Physical examination was unremarkable. Two days before receiving filgrastim, her LFTs were within normal range whereas on day 7, her alkaline phosphatase (ALP) rose to 534 U/L, alanine transaminase to 320 U/L, aspartate transaminase to 452 U/L, gamma-glutamyltransferase to 568 U/L, and lactate dehydrogenase to 658 U/L, and her platelet count decreased to 165 K/μL with a total bilirubin of 0.6 mg/dL and an International Normalized Ratio (INR) of 1.10 (Figure 1). All other liver workups including viral hepatitis, autoimmune, hereditary, and toxic etiologies were negative. Her abdominal ultrasound showed an enlarged liver (15.7 cm) with increased hepatic echogenicity, suggestive of mild hepatic steatosis, subsequently ruling out common features of obstruction of biliary tract and viral hepatitis as the cause of elevated liver enzymes. She never received filgrastim again. The patient was able to undergo successful apheresis and uncomplicated peripheral blood progenitor cell collection. After 12 days from filgrastim cessation, the LFTs improved to ALP 275 U/L, alanine transaminase 43 U/L, aspartate transaminase 19 U/L, gamma-glutamyltransferase 421 U/L, and lactate dehydrogenase 225 U/L, with a total bilirubin of 0.4 mg/dL. Forty-one days later, the liver chemistries normalized. The patient continued to be on a stable dose of hydrochlorothiazide-losartan combination pill and reported no changes in weight.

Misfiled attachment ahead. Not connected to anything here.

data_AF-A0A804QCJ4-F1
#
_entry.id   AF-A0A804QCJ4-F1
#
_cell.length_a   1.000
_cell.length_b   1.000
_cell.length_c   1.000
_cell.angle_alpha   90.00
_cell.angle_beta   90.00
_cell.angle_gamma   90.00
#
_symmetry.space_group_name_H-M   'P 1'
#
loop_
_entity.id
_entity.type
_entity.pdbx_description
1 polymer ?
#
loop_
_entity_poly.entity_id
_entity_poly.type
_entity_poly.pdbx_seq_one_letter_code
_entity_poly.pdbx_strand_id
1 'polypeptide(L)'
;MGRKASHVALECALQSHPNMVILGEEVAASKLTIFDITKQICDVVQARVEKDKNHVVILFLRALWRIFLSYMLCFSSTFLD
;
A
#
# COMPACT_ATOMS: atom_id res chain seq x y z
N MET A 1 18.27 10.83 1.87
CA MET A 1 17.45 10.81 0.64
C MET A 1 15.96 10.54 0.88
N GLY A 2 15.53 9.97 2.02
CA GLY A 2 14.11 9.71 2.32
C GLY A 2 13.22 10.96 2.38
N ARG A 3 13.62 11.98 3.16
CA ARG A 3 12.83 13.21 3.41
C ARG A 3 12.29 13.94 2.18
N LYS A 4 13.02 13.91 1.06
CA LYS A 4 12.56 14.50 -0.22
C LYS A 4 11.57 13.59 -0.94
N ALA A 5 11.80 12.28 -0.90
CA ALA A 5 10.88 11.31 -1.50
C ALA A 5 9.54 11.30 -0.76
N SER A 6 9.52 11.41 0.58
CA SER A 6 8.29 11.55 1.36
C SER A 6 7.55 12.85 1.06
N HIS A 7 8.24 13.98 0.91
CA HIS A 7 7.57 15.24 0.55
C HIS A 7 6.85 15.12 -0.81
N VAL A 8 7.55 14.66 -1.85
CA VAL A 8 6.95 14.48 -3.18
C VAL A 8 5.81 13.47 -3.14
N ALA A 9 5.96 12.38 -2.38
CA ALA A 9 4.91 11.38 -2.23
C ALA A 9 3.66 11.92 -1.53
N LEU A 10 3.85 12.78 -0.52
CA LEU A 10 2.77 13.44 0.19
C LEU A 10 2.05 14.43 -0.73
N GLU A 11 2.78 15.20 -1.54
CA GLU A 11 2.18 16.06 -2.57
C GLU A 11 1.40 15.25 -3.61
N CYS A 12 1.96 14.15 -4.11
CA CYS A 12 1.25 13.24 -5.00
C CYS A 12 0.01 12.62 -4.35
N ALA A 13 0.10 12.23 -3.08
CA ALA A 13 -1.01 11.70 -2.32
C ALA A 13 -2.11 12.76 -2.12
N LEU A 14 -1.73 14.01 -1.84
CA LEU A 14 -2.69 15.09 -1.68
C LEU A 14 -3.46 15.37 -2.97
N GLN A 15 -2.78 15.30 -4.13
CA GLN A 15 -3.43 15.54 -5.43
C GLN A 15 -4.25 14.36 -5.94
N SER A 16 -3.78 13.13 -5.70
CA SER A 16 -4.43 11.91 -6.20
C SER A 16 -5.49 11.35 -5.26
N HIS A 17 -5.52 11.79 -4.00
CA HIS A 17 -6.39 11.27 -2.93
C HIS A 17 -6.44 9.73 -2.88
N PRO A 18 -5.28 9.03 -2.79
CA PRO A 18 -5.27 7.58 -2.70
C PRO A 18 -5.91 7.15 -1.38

G-CSFs are known to cause various adverse events in healthy volunteers such as bone pain, pyrexia, and rash and less commonly, splenic rupture, acute respiratory distress syndrome, vascular events, and exacerbation of autoimmune or inflammatory conditions.3,5 Little is known about DILI from G-CSFs. Liver injury has only rarely been associated with filgrastim in the past, although it has never been reported in a healthy individual.6